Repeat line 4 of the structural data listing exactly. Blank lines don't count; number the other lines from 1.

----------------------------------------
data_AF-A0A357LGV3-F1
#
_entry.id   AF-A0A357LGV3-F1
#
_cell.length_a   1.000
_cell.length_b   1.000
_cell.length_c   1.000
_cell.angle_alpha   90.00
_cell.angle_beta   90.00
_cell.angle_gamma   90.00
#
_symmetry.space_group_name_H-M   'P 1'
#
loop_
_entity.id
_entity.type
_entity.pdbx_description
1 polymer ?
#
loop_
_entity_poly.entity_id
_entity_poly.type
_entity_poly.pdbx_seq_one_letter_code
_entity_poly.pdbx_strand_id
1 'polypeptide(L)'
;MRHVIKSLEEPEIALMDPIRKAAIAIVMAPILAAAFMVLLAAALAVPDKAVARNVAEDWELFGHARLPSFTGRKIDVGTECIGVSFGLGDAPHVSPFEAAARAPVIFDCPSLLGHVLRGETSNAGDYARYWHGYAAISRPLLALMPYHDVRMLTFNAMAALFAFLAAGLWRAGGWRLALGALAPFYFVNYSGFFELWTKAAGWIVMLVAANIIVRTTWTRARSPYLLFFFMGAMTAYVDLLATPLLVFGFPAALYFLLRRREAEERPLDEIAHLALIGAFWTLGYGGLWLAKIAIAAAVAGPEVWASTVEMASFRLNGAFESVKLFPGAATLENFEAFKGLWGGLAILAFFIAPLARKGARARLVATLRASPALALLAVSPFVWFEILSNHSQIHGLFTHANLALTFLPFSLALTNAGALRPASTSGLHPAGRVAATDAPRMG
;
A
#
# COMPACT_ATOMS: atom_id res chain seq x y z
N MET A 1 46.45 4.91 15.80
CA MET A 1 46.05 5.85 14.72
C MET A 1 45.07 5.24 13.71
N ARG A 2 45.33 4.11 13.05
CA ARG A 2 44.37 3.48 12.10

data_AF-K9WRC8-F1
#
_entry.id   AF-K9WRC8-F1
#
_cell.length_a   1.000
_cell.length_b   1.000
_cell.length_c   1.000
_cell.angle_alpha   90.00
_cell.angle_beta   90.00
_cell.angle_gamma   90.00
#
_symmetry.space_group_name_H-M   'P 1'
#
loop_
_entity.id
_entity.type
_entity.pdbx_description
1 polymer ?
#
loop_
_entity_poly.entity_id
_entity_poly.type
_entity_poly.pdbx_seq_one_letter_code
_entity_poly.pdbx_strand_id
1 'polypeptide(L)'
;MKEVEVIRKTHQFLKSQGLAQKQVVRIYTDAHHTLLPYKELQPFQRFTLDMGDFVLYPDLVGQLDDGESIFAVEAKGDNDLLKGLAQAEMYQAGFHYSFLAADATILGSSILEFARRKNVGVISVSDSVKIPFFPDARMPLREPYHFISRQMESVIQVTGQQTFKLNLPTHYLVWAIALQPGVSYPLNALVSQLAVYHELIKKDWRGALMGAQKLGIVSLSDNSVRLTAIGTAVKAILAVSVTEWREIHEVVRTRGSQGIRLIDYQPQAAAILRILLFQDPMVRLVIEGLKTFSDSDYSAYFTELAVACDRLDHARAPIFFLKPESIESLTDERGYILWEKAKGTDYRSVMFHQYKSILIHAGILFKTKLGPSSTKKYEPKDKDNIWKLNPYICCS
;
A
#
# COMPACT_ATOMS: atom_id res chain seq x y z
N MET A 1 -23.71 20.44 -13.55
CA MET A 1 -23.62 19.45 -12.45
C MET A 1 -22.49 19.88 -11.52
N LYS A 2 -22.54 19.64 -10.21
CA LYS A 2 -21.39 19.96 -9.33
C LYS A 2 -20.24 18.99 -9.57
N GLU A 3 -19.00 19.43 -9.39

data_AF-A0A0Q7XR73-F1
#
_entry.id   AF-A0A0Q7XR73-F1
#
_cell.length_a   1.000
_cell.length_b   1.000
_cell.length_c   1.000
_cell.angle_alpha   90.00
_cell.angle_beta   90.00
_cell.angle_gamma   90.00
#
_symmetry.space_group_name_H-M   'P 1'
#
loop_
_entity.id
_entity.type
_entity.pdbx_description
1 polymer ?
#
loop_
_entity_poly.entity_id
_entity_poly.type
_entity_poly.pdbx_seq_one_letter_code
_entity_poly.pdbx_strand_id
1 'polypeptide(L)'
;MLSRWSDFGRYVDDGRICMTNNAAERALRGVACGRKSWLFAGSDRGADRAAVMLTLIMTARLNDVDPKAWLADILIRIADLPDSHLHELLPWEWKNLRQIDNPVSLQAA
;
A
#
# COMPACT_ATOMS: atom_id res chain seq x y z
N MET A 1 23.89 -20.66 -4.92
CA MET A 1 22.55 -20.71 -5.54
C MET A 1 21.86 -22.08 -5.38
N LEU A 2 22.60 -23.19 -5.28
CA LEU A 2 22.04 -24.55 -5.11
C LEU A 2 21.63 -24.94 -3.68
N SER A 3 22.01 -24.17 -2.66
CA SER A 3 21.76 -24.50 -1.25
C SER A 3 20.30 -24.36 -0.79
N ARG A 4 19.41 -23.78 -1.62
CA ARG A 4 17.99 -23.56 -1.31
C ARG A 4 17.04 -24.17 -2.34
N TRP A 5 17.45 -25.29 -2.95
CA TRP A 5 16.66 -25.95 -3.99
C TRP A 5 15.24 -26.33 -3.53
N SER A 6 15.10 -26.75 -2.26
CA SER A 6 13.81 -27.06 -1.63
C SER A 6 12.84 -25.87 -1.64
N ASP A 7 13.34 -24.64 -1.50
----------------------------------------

#